field of vehicle telematics, automotive prognostics and diagnostics. He
is a Fellow of the OSGi, and is Honorary Professor of Communications at
the University of Stirling.
As we move towards bespoke healthcare tailored to the needs of the
individual, with a focus on non-invasive monitoring, the need arises for
an in-home computing platform which can be configured according to the
requirements of the individual being monitored. Such a platform needs to
highly reliable, long-lived, hacker-proof and highly configurable. It
needs to support a huge range of programs, not all of which can be
developed, or even conceived, at the time that the platform itself is
The pluggable service architecture developed by the Open Services
Gateway Alliance Initiative has been created with exactly these needs in
mind. Developed for use in a wide range of different environments, from
the automobile through to the mobile phone, it is the ideal basis for
creating a homecare ecosystem into which individual components can be
plugged upon demand.
In this talk, Dave will discuss the fundamental underpinnings of
the OSGiA Service Platform. He will provide examples of how it can be
physically realised in a set-top box, a burglar alarm, or perhaps a
- 11.10 Tea/Coffee
Served on the first floor.
- 11.30 Isolation and Social
Exclusion: How can Technology help?
Prof. Andrew Monk, Centre for
Usable Home Technology, University of York
Andrew Monk is Director of the Centre for Usable Home Technology
(CUHTec) at the University of York. He is professor of Psychology and
a Fellow of the British Computing Society. His work has been concerned
with taking a user-centred approach to the design many kinds of
information and communication technologies. Most recently this has
taken the form of research on technological support for older people
who wish to live independently.
We all try to use technology in a way that puts the user/client/patient
at the centre of our considerations. In this talk, Andrew will show
how to view assistive technology and telecare as a service to the
user/client/patient. It will be suggested that a really
user/client/patient-centred approach gives isolation and social
exclusion a much more prominent priority. It will also be shown how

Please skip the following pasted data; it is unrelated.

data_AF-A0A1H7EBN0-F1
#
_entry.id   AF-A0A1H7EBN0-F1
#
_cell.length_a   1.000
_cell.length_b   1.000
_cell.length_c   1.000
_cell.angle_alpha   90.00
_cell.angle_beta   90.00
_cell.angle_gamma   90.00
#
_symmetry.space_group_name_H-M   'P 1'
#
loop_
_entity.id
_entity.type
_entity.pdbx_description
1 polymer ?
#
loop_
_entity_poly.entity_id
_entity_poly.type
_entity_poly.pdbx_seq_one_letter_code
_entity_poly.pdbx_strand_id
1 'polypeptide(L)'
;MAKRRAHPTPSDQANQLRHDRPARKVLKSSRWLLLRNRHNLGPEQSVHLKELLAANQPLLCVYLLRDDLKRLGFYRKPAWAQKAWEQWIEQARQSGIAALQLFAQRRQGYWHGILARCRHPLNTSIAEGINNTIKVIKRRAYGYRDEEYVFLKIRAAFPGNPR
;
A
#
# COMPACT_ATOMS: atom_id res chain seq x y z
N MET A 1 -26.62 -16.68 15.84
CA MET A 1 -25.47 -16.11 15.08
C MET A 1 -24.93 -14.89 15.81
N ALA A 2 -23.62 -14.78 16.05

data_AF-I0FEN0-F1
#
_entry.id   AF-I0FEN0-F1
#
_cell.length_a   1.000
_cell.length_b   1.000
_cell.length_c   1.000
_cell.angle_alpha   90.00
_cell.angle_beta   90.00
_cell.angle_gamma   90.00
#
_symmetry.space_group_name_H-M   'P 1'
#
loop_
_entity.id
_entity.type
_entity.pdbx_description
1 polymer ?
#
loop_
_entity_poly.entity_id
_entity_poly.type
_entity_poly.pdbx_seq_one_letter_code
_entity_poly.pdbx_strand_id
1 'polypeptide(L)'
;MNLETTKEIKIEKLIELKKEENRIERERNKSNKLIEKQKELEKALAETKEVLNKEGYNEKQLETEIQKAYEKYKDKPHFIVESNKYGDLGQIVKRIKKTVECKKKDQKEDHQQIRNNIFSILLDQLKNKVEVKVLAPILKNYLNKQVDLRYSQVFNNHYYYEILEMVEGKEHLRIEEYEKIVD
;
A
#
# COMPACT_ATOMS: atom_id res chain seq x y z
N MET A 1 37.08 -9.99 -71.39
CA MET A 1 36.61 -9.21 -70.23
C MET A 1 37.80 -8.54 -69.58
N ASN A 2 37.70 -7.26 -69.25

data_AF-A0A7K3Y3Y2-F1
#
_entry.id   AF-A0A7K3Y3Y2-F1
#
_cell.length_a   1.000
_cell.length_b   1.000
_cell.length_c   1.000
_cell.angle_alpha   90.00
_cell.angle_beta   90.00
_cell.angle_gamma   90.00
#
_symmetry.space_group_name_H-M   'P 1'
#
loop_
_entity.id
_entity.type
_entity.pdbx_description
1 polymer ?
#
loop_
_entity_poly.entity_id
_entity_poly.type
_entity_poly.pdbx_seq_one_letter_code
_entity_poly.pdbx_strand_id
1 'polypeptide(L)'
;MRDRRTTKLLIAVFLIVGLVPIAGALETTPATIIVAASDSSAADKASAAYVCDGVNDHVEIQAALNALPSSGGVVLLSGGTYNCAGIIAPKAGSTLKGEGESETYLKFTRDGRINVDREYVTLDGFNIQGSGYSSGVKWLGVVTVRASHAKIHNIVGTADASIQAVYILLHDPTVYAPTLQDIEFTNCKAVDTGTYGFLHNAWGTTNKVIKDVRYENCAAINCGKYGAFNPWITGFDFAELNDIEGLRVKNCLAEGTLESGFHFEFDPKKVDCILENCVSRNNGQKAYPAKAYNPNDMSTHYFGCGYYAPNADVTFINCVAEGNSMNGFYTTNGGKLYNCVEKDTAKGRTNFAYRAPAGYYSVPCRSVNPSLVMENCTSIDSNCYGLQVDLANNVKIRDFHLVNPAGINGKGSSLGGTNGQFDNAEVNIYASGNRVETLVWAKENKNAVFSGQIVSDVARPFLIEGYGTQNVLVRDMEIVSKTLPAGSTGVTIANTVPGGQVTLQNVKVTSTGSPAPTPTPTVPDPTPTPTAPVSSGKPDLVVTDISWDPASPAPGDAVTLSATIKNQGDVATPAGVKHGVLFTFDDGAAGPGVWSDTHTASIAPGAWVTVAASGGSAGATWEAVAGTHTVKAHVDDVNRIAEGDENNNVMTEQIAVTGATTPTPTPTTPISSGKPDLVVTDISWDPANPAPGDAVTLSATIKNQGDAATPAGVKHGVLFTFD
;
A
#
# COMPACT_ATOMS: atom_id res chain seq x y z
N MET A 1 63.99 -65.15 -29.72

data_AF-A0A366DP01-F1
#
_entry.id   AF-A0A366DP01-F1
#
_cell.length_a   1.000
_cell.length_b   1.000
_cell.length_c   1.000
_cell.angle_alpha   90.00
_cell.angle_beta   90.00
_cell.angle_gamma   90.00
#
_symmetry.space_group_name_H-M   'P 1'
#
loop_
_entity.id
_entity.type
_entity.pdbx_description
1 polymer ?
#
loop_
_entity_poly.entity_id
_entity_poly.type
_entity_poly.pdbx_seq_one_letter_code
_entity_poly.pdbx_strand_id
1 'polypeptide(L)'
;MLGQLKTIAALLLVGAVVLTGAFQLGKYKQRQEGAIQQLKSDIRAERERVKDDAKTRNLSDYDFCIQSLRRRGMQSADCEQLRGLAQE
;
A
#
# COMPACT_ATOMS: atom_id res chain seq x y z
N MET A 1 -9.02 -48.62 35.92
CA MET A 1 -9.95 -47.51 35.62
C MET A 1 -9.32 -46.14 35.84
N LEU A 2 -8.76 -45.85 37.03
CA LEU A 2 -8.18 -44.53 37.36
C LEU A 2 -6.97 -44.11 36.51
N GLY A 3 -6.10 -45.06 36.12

technology can help.
- 12.00 Technology as
part of The Assessed Care Package - The Challenges and The
Linda MacPherson, Housing and Social Work
Linda Macpherson is the Team Manager in Falkirk Council responsible for
the Community Alarm Service and its Mobile Warden Response team. She
manages a service where passive and assistive alarm technology have been
mainstreamed since 1991 and has helped develop a falls management
project using falls detection technology which was a national
award-winner in 2005.
In her talk, Linda will outline the importance of technology being
included in the assessment process, and will explain some of the positive
outcomes which can be achieved. She will discuss the challenges of making
technology-inclusive assessment a reality, the ethical dilemmas this
presents, and the training agenda for the future.
- 12.30 The Design and
Evaluation of New Technologies to support People with Dementia
Prof. Roger Orpwood, Bath
Institute of Medical Engineering University of Bath
Roger Orpwood is the Director of the Bath Institute of Medical
Engineering at Bath University, an engineering design and development
organisation with a major focus on assistive technology. The institute
has been involved for many years in the development of technological
approaches to supporting people with dementia, both in their own homes
and in care settings, with a recent interest in more directly supporting
quality of life.
Roger will discuss the development of new technologies to
support people with dementia. He will demonstrate the kinds of outcomes
that can be achieved with a sensitive, user-centred approach to design.
The talk will underline the importance of a team approach to design,
where end users, personal and professional carers all need to be
involved - in defining the issues to be explored, and in guiding the
evolution of new designs.
- 13.00 Lunch and Poster Sessions
Posters from project members will exhibited on the third floor.
Delegates are invited to view these during the lunch break.
- 13.45 Demonstration Sessions
MATCH team members will have a number of small exhibits on the third
floor. During this session, delegates are invited to visit these
exhibits and to meet with project staff. The research to be demonstrated
is as follows:
- use of digital pen and paper for recording care activities
- policies for control of home automation
- issues in use of home care technology
- speech-based communication
- automated display and analysis of home sensor data
- audio reminder system
- gestural and tactile interfaces
- technology integration in MATCH.
- 14.45 Tea/Coffee
Served on the first floor.
15.00 Barriers to The
Uptake of Home Care Technology
Prof. Evan Magill, Computing Science and Mathematics,
University of Stirling
This session will explore a variety of issues with the invited speakers
as a panel and with the audience. Three topics are of particular
relevance: pragmatic factors, ethical concerns and usability issues. An
electronic voting system will be used to gather the general feeling of
the audience on various questions.
- 15.45 Colloquium
Prof. Ken Turner and Louise Bellin
- 16.00 Colloquium End